Why are there only two Political Parties? And why are they so similar?

Part of Enduring Lessons on Life and Citizenship

After raising his own family and teaching kids of all ages for over 40 years, Professor Larry shares some of his wisdom about what kids REALLY need to know about life and citizenship.

Part of Enduring Lessons on Life and Citizenship

After raising his own family and teaching kids of all ages for over 40 years, Professor Larry shares some of his wisdom about what kids REALLY need to know about life and citizenship.

Why are there only two Political Parties? And why are they so similar?
Enduring Lesson filed in Presidential & Political History , American History

Back in the 1960s, a third party candidate named George Wallace, former Alabama governor, was famous for saying “There’s not a dime’s worth of difference between the two political parties.” Well, for the most part he was right. And that’s a factor of the American political structure.

Back in the 1960s, a third party candidate named George Wallace, former Alabama governor, was famous for saying “There’s not a dime’s worth of difference between the two political parties.” Well, for the most part he was right. 

And that’s a factor of the American political structure. 

Did you ever wonder why there are really only two effective political parties? Sure, today you have the Green Party, the Libertarians, and in New York State, the Conservatives. But in terms of national real impact, these parties are non-factors.* Why is that? Do all Americans overwhelmingly support the platforms of the two major parties? If that was the case, why would so many Americans (more than one-third in most polls) identify as “independents?”

The answer lies partly in the Constitution and partly in the “second American party system” set up by Martin Van Buren in the 1820s. Hang on, because I’ll bet you’ve never heard some of this before.

The Founders strongly believed in representation by the people. They were simultaneously afraid of mob rule, but also of rule by a tyrant (think King George!) Because of that, they adopted a “winner take all/single member district” system for representation in the House of Representatives. “Winner take all” means exactly what it says: the winner of a legislative district, even if by a plurality (more votes than anyone else, but not over 50% of the total vote), wins the entire district. There is no “proportional representation” as there is in Israel or Germany. There, extreme or strange parties can get seats in the parliament and affect policy by forcing some of the larger parties to make deals with them. This was precisely how the Nazis came to power in Weimar Germany in the late 1920s (they never won more than 44% of the total vote, but forced another party to align with them). The “Whales are People Too Party” could get an actual seat in a legislature if it got enough votes in such a system. But in addition to the “Winner Take All” structure, America’s Founders built in the “single member district” system, whereby only one legislator represents a district. This ended proportional representation.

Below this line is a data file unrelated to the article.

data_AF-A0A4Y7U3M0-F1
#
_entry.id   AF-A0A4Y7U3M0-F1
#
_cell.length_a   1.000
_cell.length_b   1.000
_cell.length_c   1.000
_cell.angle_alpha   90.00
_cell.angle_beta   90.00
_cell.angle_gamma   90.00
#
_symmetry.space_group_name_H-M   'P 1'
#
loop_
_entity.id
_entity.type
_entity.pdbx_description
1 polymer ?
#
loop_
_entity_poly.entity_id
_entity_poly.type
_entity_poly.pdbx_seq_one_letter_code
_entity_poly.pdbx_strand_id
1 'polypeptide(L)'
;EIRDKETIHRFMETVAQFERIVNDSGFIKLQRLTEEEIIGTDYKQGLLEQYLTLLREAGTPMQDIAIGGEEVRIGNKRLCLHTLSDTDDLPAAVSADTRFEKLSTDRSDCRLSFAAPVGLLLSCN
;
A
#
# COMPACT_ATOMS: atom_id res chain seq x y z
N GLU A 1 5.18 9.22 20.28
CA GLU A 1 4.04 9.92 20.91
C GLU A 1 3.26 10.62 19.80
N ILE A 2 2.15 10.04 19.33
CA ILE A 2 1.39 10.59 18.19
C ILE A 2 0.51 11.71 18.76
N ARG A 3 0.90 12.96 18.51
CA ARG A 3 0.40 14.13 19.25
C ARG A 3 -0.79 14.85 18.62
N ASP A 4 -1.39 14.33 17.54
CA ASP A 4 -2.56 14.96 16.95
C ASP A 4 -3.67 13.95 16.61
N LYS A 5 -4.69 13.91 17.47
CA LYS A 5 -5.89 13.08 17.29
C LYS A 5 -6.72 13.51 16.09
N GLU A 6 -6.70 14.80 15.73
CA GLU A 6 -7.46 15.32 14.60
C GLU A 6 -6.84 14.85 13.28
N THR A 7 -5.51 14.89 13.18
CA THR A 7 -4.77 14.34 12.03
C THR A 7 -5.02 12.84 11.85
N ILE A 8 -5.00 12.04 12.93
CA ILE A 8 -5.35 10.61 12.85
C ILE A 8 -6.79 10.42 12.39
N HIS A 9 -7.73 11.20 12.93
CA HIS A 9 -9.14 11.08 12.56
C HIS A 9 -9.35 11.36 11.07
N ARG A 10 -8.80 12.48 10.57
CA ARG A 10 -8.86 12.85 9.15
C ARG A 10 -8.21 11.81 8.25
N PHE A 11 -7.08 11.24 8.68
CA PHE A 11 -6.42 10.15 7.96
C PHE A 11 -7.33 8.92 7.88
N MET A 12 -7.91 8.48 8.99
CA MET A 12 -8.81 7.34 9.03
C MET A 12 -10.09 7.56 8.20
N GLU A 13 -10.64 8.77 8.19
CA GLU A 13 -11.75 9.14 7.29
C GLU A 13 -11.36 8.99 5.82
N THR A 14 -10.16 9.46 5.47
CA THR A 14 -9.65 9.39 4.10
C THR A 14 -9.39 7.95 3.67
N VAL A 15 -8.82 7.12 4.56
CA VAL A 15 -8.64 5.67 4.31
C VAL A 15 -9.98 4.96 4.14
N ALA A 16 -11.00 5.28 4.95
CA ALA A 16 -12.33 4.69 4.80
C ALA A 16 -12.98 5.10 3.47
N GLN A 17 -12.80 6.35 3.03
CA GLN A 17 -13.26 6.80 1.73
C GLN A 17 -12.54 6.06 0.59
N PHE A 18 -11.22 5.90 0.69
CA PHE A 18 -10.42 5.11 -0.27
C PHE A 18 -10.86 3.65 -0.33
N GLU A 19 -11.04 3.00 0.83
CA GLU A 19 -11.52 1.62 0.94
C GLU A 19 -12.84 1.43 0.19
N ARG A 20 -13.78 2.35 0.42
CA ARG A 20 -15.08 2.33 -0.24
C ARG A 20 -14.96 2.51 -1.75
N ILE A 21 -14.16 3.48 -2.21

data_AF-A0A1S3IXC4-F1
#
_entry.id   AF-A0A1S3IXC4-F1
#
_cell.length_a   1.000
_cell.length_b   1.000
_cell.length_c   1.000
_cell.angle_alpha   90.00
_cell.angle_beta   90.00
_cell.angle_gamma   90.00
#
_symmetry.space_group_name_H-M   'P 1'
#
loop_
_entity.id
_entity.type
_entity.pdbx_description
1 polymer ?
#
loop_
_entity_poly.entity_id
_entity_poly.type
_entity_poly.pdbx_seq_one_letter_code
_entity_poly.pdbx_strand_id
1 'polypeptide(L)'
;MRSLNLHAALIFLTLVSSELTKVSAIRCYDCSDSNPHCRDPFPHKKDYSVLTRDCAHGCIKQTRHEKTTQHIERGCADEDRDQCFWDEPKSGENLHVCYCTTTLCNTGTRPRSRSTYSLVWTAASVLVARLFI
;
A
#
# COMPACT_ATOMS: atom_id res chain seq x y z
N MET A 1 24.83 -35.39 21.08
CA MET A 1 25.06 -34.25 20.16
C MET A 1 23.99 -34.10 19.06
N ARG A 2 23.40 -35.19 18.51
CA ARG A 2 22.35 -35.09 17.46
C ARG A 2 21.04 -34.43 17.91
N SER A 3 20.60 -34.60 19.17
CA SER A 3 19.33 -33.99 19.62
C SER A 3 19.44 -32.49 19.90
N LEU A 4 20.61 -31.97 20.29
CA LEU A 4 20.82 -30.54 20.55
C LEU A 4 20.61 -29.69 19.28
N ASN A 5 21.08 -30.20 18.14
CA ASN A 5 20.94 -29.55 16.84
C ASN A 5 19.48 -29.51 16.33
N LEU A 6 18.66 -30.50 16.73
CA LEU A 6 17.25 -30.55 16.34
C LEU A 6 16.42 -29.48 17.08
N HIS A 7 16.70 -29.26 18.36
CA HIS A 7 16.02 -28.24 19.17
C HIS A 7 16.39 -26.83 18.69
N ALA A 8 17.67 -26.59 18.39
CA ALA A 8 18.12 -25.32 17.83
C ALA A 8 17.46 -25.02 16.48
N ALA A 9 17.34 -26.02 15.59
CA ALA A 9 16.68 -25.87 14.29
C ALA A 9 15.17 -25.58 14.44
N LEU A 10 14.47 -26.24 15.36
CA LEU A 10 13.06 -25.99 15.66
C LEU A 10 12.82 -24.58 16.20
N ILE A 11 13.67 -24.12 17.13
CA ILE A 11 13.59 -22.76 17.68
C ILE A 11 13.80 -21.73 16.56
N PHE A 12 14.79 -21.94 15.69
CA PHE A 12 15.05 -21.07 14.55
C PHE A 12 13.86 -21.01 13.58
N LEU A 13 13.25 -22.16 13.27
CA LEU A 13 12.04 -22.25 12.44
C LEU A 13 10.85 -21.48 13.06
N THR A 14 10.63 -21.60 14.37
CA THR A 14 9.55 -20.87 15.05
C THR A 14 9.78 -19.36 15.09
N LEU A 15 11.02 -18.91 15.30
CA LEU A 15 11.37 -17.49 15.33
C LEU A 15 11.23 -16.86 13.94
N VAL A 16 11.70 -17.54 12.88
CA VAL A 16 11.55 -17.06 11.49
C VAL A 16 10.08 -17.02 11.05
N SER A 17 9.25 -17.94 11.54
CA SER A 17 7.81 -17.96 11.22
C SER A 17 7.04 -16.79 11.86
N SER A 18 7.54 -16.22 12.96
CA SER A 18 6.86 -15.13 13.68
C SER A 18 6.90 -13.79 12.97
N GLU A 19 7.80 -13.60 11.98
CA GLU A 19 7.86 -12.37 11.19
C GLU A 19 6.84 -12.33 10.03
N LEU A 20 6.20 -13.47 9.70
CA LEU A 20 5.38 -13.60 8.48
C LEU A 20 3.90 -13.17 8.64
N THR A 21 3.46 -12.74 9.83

So you ask, “Well, why do we have third parties at the national level?” First, such parties never, ever win. They count on their presence to suck votes away from one of the major parties and by doing so force that party (usually the loser) to accept some of the third party’s positions next time around. In 1992, Ross Perot’s “Reform Party” managed to get a whopping 17% of the popular vote, largely because voters were fed up with the antics of both parties failing to address the national debt, deficits, and poor trade deals. But Perot didn’t win a single electoral vote, and Bill Clinton, the Democrat, won with just 43% of the total vote. (There’s that “winner take all” again). 

We have had many third parties in our history, including the Socialists—who got one million votes in a national election in the early 1900s—and the Populists. In 1860, Abraham Lincoln led a new party—not really a “third party”—called the Republicans that won the election with just 39.8% of the popular vote. That year, there were four major presidential candidates, and the four-way split meant that the runner up, Stephen Douglas, only got 29.5%. Interestingly, Douglas did not come in second in the electoral college to Lincoln—he came behind John Breckinridge of the Southern Democratic Party and a true third party candidate, John Bell of the Constitutional Union Party!